If you really want to make a loaf that's indistinguishable from its dairy counterpart, go back to our tried and tested rule: use plain, unsweetened non-dairy milk. In this case, use non-dairy milk in place of the water in the recipe and omit the dry milk powder.
4. Butter: This is another instance when you have two options: oil or vegan butter. The ingredient to use depends on the amount of butter in your recipe.
For sandwich breads and other recipes that call for just a few tablespoons of butter (fewer than 1 1/2 tablespoons of butter per cup of flour), you can use an equal amount of vegetable oil. It's hard to tell the difference when this is the only variable that's changed.
For enriched dough that calls for a large amount of butter (think brioche, babka, and cinnamon rolls), use vegan butter. We like Earth Balance Vegan Buttery Sticks because they behave like butter in baking.
Vegan butter acts so much like butter we were even able to make buttery, flaky croissants with it. These two croissants look slightly different, but both look delicious in my book.
Yes, we said it: croissants without real butter! Truth be told, the flavor was (surprisingly) delightful. The layers were super flaky. I promise no one will be disappointed if you make homemade pastry with this stuff.
5. Sour cream, yogurt, or cream cheese: Some breads get an extra boost from other dairy ingredients to make them extra rich and flavorful. You'll need to be a resourceful shopper and scout the dairy case to find plain, unsweetened soy, almond, or coconut yogurt.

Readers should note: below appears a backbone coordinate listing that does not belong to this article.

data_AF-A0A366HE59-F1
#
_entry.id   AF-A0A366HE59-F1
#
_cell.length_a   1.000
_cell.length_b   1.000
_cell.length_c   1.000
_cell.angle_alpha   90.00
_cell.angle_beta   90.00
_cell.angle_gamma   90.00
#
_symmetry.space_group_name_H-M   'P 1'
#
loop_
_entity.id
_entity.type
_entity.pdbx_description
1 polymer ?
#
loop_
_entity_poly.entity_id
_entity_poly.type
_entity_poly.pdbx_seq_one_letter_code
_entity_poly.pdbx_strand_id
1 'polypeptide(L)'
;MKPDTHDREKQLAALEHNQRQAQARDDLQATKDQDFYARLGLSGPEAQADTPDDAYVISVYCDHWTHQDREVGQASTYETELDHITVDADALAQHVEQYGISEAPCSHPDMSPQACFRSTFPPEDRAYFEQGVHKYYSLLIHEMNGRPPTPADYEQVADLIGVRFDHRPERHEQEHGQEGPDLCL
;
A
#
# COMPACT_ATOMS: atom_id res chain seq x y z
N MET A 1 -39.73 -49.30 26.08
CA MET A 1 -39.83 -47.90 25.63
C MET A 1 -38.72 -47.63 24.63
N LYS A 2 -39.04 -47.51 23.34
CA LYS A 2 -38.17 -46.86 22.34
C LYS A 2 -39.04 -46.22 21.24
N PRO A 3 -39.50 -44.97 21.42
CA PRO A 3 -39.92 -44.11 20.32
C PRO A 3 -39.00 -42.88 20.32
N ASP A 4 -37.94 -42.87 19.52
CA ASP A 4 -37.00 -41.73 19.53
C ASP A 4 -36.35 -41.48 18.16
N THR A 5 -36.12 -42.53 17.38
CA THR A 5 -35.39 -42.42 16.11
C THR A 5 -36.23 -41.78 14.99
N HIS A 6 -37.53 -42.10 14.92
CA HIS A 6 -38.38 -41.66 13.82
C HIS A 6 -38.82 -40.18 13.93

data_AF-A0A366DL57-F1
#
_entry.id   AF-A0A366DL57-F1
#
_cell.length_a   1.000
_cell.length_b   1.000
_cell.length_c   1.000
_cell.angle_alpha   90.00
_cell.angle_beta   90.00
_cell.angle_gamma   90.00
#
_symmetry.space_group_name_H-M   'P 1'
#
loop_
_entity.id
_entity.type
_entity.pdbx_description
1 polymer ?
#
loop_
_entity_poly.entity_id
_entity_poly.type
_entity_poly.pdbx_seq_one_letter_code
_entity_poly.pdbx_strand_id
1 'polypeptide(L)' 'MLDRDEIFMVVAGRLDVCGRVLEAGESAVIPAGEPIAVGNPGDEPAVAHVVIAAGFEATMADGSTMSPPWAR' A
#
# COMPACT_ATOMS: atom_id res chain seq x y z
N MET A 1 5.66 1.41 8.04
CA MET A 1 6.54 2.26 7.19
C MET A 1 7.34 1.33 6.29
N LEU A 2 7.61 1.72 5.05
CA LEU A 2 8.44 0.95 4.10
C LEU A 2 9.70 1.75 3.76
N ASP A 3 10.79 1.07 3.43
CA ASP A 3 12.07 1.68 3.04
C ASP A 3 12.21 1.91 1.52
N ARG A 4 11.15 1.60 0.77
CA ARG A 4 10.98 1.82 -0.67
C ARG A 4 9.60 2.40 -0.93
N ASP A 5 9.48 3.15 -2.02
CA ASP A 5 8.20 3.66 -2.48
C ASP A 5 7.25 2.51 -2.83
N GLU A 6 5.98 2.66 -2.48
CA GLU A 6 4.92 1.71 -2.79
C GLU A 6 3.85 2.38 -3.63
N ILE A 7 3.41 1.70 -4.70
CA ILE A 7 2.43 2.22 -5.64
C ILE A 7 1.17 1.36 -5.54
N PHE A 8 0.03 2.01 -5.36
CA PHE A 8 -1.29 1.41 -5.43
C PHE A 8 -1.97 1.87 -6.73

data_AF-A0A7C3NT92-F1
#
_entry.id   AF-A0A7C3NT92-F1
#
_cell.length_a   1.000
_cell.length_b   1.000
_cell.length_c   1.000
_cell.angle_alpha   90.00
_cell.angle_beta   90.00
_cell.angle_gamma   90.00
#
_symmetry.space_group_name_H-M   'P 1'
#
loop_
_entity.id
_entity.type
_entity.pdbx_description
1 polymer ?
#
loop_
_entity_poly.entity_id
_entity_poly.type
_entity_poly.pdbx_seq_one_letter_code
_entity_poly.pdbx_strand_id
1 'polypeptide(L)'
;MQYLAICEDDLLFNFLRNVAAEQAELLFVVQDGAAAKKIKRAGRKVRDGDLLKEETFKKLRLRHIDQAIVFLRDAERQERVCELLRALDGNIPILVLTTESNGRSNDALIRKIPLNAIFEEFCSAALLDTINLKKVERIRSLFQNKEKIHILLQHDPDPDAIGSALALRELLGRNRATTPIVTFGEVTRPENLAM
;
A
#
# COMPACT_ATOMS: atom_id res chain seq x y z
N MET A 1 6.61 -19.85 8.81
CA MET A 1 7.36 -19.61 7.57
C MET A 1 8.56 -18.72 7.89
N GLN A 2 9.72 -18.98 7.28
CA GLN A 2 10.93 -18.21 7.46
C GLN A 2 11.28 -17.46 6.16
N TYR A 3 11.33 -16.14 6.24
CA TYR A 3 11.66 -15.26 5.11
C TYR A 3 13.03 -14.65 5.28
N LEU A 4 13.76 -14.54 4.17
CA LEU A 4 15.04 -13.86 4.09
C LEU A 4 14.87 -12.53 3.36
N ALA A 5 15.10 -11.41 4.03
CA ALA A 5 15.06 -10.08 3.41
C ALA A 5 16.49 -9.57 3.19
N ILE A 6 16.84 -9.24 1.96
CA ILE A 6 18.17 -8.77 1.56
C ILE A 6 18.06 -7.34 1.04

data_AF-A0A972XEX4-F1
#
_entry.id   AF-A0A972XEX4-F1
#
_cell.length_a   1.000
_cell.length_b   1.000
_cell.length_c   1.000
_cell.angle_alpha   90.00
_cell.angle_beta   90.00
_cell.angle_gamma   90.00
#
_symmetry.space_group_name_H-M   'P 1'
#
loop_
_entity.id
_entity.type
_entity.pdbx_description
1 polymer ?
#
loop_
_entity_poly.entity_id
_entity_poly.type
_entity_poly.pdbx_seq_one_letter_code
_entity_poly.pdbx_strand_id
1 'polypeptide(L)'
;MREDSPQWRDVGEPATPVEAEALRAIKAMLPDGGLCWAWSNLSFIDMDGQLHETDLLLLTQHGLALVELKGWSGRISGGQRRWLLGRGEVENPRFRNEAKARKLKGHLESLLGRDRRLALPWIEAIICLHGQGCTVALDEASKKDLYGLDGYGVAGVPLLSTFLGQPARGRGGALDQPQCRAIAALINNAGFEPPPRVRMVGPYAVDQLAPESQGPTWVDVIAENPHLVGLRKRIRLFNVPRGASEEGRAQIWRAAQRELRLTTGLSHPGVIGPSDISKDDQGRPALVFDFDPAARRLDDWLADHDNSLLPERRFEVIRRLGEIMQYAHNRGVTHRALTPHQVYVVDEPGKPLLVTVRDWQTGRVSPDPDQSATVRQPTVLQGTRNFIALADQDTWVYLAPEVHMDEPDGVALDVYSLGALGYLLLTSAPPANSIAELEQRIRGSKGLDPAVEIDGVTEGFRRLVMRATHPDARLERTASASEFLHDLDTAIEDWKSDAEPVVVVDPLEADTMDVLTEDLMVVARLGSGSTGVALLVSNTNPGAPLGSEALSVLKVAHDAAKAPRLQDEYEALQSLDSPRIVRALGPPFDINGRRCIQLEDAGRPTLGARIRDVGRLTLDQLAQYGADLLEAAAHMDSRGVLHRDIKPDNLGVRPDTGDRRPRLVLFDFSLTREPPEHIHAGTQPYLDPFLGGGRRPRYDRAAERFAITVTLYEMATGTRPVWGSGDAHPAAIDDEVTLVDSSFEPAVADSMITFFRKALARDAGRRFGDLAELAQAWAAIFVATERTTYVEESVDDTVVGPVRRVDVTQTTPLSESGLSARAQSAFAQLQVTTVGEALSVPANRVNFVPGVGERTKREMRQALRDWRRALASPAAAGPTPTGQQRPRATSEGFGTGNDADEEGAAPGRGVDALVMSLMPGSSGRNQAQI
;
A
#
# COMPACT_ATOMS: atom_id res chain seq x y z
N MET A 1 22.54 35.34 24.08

Non-dairy yogurt can replace yogurt and sour cream in recipes. (Soy yogurt tends to be the tangiest non-dairy yogurt and therefore the best substitute for sour cream.) Yogurt even works to replace cream cheese; just hold back 1 to 2 tablespoons of liquid in the recipe. Bonus points if you can find dairy-free cream cheese! It certainly exists and is becoming more mainstream.
Special cases: Some of my favorite recipes (Japanese Milk Bread Rolls and Soft Cinnamon Rolls) use a method called tangzhong. This process involves cooking some of the flour in the recipe with milk to make dough that's extra light and tender.
To make dairy-free bread using tangzhong, it's important to use milk that's high in fat. Coconut milk (not the canned milk but the kind that comes in a box or carton) yields delightful results.
Tangzhong recipes sometimes call for both regular milk and dry milk powder; use coconut milk or another high-fat non-dairy milk to replace both the regular milk and water in the recipe. If you use all coconut milk, your rolls will have just a hint of a floral tasting note. (Yum!)
Dairy-free bread: easy and delicious
Baking dairy-free bread and pastries can sound challenging. But now you know how easy it can be! You can even make dairy-free, gluten-free bread if need be — just be sure to use a designed-to-be-gluten-free recipe, then replace the dairy ingredients.
Stand by those dairy-free staple ingredients and make simple swaps for the dairy products in your favorite recipes. Who knows, you just might discover that you like dairy-free bread better than the original. (Soft Cinnamon Rolls made with coconut milk? Divine!) If you come across any outstanding dairy-free variations, let us know in the comments below.
For more dairy-free tips, techniques, and recipes, check out our other articles about dairy-free baking here.
Thanks to Anne Mientka for taking the photographs for this post.